In our opinion, not nearly enough, it has proved, to make any real difference. Four and a quarter millions of this reduction had to be found by the wholesale trade. The price of beer to-day is consequently much too high owing to excessive taxation. Materials have also increased in price.”
Western Daily Press - Friday 27 January 1950, page 4.

As we’ve already seen, the tax on beer rose sharply during the war, but continued to rise after its end. It fell a little in 1950 and again in 1951, but remained at the high level of 321s per standard barrel for the rest of the 1950’s. In 1939 it had been 100s (with a 20s rebate per bulk barrel).* And brewers had complained then that it was ridiculously high.

More about the post-war boom in bottled beer:

“Extensions are also being carried out to enlarge the cold rooms in the bottling stores, and also new bottling units are being installed to cope with the ever increasing demand for bottled beer.

The output of bottled beer last month was a record for the brewery, and our weekly sales of bottle beer now exceed the cask.

I should like to emphasise again this year that the duty on beer is much too high, representing as it does nearly 7d on each pint of bitter ale. In the last ten years the duty has increased from 104s to 343s per standard barrel.”
Western Daily Press - Friday 27 January 1950, page 4.

Georges appear to have been doing better than average with their bottled beer. Or worse than average with their cask. Because despite a big increase in the proportion of bottled beer, cask still formed the majority of sales.  Bottled sales had risen from less than 5% of the total in 1900 to 25% in 1939 and 35% in 1954**.

7d of tax a pint is a lot when you consider that the retail price of Georges draught IPA in 1949 was 1s 5d or 17d***. I think he’s underestimating the tax. At 343s 4.5d per standard barrel****, the tax on a beer of the average gravity for 1949 (1033.43) comes to 8.7d*****. Close to 50% of the retail price.

All the shortages and restrictions must have been at best frustrating, at worst quite depressing. Here are some more:

Country Hotels Suffer
Messrs Crockers and our managed houses, of which only have 14, have not done well in recent years. Possibly the Catering and Wages Act, certain clauses of which one reads in the Press, from time to time, may be altered, is largely responsible for this.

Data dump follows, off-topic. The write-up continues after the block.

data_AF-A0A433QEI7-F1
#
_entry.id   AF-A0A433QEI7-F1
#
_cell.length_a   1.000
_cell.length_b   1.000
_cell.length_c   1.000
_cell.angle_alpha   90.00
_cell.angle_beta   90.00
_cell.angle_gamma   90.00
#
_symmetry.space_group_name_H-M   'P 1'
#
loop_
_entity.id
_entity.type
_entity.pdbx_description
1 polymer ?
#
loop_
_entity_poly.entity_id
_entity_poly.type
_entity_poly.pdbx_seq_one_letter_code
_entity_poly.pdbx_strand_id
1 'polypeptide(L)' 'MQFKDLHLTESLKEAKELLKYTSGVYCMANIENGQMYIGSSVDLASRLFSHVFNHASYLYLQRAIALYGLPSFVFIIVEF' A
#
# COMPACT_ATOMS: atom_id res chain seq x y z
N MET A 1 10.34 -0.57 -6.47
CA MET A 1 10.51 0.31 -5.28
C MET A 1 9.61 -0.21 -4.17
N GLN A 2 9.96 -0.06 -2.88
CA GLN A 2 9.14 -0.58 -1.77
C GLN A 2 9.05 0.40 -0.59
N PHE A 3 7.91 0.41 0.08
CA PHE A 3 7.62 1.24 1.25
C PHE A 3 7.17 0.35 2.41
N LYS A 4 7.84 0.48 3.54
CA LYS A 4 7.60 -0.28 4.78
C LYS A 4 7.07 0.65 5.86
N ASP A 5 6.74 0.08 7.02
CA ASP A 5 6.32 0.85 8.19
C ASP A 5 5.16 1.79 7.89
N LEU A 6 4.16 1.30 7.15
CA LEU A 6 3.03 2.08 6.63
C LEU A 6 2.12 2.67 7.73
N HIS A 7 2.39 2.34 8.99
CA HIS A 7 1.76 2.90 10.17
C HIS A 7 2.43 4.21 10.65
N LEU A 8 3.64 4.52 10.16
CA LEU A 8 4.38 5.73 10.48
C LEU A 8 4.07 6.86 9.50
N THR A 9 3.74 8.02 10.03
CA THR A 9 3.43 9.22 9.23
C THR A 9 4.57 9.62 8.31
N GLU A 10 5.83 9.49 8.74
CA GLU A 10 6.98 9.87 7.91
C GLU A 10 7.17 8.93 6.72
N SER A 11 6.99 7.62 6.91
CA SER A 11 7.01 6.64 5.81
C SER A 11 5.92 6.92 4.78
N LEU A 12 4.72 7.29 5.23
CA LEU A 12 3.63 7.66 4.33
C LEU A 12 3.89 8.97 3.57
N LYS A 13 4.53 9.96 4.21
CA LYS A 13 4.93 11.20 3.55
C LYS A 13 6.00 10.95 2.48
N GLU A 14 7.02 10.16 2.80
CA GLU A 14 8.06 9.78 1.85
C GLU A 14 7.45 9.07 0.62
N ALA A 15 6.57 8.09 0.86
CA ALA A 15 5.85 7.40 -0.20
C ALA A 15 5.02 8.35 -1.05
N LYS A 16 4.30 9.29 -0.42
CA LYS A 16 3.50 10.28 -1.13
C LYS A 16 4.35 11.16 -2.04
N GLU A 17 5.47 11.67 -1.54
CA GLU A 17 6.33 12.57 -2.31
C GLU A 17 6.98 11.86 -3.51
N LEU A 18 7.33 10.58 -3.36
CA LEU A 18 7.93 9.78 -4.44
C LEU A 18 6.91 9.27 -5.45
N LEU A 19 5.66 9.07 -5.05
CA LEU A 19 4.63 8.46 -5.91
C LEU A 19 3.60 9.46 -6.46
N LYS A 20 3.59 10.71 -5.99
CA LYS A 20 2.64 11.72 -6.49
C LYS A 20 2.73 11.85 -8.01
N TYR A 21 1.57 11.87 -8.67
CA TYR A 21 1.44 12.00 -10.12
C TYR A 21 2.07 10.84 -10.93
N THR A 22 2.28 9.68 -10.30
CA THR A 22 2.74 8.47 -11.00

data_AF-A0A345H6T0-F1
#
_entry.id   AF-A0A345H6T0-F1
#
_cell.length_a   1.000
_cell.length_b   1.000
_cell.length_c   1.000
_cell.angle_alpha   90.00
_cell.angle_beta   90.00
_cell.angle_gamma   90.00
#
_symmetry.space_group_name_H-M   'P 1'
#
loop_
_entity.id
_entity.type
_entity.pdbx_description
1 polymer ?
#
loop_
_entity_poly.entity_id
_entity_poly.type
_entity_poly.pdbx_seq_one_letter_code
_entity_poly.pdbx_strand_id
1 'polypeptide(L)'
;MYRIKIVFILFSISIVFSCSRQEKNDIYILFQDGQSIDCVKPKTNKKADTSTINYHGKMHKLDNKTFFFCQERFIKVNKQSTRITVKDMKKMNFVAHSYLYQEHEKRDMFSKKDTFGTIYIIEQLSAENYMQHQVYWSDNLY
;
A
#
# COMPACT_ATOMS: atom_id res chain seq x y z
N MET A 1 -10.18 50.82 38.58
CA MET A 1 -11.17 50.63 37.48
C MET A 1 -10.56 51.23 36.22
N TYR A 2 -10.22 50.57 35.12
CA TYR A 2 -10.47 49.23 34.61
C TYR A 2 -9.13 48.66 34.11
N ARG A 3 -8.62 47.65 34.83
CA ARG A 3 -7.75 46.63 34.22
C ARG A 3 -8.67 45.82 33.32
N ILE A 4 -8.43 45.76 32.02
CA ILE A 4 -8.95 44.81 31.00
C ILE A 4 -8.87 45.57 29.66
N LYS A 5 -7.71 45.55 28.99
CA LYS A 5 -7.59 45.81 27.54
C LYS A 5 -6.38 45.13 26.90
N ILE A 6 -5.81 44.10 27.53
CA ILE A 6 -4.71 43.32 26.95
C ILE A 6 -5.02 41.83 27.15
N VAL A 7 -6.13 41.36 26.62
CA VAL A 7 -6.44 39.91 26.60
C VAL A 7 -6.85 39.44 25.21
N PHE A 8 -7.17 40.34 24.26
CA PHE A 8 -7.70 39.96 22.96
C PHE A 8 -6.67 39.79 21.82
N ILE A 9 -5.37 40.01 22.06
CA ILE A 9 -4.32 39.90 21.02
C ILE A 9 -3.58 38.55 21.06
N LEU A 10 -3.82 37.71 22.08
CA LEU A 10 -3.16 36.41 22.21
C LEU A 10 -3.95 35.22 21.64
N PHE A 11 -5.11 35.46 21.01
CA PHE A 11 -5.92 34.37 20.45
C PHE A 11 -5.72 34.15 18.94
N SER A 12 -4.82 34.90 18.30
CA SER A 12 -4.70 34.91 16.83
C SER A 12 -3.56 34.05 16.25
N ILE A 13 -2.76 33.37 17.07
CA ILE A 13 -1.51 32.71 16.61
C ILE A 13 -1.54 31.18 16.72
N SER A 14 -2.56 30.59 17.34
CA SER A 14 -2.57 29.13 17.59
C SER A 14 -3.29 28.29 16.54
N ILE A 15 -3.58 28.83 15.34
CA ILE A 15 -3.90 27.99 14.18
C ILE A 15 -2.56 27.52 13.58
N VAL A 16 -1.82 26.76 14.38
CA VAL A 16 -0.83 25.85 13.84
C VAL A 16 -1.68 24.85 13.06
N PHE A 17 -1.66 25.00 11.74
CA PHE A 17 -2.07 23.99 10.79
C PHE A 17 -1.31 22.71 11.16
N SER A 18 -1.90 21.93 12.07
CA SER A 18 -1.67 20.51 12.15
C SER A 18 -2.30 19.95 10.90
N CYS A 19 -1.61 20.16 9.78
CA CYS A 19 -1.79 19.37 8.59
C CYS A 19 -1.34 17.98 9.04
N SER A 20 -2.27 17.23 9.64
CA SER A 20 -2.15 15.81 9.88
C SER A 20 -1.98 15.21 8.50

The shortage of petrol may also partly responsible, especially in country hotels where there have been in many cases serious decreases in the number of visitors.”
Western Daily Press - Friday 27 January 1950, page 4.

The Catering and Wages Act comes in for a lot of criticism from brewers. It seems to have set some sort of minimum wages. Obviously breweries, who owned lots of pubs, employed, albeit indirectly, lots of people in the catering trade.

I wonder if it was just a shortage of petrol that damaged the trade of country hotels. Or was it because no-one had any spare cash?

This next passage is dead handy. Because it allows me to calculate something.

“The company's licensees are again to heartily congratulated on the efficient way in which they have conducted their houses, during the past 12 months, in spite of many restrictions and difficulties, which seem to increase rather than diminish. It is even more difficult than usual to forecast the future prospects of the company, as in these days of uncertainty much depends on taxation, the cost of living etc. Your directors do not consider that the output can be maintained, much less Increased, unless there is a really substantial reduction in the beer duty, already referred to; last year over £2.5 millions was paid this company in this tax alone

Brewers should allowed produce a beer which is at least 3d per pint cheaper and at the same time be allowed sufficient materials to increase the average gravity.”